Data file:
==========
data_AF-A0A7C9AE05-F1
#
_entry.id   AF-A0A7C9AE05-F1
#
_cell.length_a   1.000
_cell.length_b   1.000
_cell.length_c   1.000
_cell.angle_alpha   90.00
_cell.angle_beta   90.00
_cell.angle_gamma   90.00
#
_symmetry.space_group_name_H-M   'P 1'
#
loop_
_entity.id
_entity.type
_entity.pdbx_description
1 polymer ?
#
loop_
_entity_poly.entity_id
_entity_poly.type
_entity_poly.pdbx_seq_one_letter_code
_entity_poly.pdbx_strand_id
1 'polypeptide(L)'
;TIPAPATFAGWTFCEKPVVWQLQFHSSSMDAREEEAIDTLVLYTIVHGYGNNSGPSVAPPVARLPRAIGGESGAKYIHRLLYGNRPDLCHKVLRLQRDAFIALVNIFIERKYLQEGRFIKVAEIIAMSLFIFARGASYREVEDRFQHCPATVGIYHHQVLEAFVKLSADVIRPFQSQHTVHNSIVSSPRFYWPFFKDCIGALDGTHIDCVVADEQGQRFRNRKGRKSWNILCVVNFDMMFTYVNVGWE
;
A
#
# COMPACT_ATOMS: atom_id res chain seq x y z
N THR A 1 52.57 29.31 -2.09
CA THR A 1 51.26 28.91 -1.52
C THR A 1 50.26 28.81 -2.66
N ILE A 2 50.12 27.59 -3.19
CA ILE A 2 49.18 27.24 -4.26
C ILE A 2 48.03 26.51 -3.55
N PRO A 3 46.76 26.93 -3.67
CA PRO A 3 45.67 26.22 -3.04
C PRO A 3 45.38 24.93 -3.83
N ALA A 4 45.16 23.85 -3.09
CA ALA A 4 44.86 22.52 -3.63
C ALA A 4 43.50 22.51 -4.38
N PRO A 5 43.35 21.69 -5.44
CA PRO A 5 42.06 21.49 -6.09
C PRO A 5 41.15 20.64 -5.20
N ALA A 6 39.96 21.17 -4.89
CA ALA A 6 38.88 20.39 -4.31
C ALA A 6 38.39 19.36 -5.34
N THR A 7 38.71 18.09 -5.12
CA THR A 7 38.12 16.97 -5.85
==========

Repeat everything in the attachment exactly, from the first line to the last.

data_AF-A0A7C9AE05-F1
#
_entry.id   AF-A0A7C9AE05-F1
#
_cell.length_a   1.000
_cell.length_b   1.000
_cell.length_c   1.000
_cell.angle_alpha   90.00
_cell.angle_beta   90.00
_cell.angle_gamma   90.00
#
_symmetry.space_group_name_H-M   'P 1'
#
loop_
_entity.id
_entity.type
_entity.pdbx_description
1 polymer ?
#
loop_
_entity_poly.entity_id
_entity_poly.type
_entity_poly.pdbx_seq_one_letter_code
_entity_poly.pdbx_strand_id
1 'polypeptide(L)'
;TIPAPATFAGWTFCEKPVVWQLQFHSSSMDAREEEAIDTLVLYTIVHGYGNNSGPSVAPPVARLPRAIGGESGAKYIHRLLYGNRPDLCHKVLRLQRDAFIALVNIFIERKYLQEGRFIKVAEIIAMSLFIFARGASYREVEDRFQHCPATVGIYHHQVLEAFVKLSADVIRPFQSQHTVHNSIVSSPRFYWPFFKDCIGALDGTHIDCVVADEQGQRFRNRKGRKSWNILCVVNFDMMFTYVNVGWE
;
A
#
# COMPACT_ATOMS: atom_id res chain seq x y z
N THR A 1 52.57 29.31 -2.09
CA THR A 1 51.26 28.91 -1.52
C THR A 1 50.26 28.81 -2.66
N ILE A 2 50.12 27.59 -3.19
CA ILE A 2 49.18 27.24 -4.26
C ILE A 2 48.03 26.51 -3.55
N PRO A 3 46.76 26.93 -3.67
CA PRO A 3 45.67 26.22 -3.04
C PRO A 3 45.38 24.93 -3.83
N ALA A 4 45.16 23.85 -3.09
CA ALA A 4 44.86 22.52 -3.63
C ALA A 4 43.50 22.51 -4.38
N PRO A 5 43.35 21.69 -5.44
CA PRO A 5 42.06 21.49 -6.09
C PRO A 5 41.15 20.64 -5.20
N ALA A 6 39.96 21.17 -4.89
CA ALA A 6 38.88 20.39 -4.31
C ALA A 6 38.39 19.36 -5.34
N THR A 7 38.71 18.09 -5.12
CA THR A 7 38.12 16.97 -5.85